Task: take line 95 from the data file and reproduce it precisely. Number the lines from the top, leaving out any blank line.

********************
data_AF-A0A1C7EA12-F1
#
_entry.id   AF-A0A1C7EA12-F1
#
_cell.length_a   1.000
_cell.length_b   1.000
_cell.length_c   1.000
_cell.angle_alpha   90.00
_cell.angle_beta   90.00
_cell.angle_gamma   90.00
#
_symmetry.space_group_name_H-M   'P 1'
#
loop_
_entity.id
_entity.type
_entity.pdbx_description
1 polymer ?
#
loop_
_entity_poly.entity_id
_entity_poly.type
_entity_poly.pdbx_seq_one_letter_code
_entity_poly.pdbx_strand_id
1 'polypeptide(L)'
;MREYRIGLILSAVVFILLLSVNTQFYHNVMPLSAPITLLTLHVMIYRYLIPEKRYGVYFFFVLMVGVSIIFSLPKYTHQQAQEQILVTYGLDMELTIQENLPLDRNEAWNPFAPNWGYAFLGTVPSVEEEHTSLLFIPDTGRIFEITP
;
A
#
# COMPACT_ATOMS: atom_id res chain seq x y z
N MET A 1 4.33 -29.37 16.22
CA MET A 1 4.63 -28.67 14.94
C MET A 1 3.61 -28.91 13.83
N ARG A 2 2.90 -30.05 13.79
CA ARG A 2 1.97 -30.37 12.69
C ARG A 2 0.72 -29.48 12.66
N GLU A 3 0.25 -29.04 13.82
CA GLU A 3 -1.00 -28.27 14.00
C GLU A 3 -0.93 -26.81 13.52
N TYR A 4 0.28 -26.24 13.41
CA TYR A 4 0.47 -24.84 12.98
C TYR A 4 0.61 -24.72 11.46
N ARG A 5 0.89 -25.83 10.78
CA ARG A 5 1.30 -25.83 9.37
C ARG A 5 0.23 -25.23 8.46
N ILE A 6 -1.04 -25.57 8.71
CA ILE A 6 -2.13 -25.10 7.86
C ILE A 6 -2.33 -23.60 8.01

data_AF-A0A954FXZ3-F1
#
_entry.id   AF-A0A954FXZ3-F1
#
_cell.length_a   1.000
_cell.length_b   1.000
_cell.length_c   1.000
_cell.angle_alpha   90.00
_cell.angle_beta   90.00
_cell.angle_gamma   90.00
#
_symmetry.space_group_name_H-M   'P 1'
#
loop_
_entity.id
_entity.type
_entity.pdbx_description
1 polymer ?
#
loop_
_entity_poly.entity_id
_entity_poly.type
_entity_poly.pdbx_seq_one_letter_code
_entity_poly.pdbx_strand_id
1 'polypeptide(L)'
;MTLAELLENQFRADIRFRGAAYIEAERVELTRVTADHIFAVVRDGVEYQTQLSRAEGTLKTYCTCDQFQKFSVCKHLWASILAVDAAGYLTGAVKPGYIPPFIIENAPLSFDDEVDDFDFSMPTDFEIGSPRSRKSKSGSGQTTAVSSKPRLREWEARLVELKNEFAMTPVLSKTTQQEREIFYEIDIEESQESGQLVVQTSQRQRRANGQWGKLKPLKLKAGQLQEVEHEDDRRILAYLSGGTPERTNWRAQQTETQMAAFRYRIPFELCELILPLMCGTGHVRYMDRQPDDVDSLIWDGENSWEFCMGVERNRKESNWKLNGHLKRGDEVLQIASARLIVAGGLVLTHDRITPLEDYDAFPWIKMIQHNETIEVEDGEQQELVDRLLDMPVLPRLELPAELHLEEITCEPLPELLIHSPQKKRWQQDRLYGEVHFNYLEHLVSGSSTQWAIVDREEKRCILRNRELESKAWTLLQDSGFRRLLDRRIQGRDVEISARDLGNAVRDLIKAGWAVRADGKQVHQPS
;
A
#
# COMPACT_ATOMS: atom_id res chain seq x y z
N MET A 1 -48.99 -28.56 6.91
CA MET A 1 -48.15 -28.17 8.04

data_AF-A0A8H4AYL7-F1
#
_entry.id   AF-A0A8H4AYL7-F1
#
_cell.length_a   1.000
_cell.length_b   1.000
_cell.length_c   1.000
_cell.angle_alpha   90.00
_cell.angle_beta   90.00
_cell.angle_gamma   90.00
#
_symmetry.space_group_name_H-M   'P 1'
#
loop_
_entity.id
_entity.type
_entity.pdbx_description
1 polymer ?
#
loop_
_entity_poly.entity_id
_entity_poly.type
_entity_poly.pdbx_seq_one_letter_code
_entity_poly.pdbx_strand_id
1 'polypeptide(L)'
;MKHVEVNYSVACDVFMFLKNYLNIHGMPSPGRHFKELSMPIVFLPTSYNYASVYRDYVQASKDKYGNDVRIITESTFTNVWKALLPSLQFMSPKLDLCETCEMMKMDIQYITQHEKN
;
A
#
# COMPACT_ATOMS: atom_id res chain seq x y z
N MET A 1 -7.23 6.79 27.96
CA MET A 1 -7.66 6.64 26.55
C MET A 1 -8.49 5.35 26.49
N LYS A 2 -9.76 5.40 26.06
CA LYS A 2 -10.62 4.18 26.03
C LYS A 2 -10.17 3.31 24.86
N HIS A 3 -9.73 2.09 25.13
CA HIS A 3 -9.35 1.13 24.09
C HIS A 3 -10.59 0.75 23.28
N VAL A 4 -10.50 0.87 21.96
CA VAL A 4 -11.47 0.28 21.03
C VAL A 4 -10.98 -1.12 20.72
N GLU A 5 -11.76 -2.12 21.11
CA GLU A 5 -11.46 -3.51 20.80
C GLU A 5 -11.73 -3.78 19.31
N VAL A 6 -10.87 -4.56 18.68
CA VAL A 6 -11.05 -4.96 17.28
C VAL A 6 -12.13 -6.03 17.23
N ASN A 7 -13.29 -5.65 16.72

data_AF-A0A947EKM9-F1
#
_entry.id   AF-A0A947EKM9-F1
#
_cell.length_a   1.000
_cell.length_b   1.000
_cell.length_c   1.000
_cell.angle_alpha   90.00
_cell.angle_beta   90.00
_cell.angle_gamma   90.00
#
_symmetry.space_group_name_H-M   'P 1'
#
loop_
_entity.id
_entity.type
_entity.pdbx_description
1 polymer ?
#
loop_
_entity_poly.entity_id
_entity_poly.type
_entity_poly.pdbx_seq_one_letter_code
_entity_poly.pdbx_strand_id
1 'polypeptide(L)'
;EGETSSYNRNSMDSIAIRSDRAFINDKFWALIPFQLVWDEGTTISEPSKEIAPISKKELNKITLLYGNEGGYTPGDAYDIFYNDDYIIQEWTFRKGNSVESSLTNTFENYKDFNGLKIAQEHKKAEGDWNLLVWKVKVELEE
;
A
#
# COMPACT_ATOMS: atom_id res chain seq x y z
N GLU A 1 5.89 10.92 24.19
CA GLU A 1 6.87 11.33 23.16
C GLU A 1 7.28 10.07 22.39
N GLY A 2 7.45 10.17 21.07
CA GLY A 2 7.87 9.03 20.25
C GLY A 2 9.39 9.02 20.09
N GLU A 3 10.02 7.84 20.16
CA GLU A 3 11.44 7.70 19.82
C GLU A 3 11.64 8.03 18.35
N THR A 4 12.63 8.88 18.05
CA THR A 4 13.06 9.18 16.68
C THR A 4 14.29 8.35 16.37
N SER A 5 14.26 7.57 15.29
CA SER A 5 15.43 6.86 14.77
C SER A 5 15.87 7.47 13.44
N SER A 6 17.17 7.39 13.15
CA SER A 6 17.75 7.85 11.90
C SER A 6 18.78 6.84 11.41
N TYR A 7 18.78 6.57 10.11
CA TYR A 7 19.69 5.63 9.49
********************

_entity.id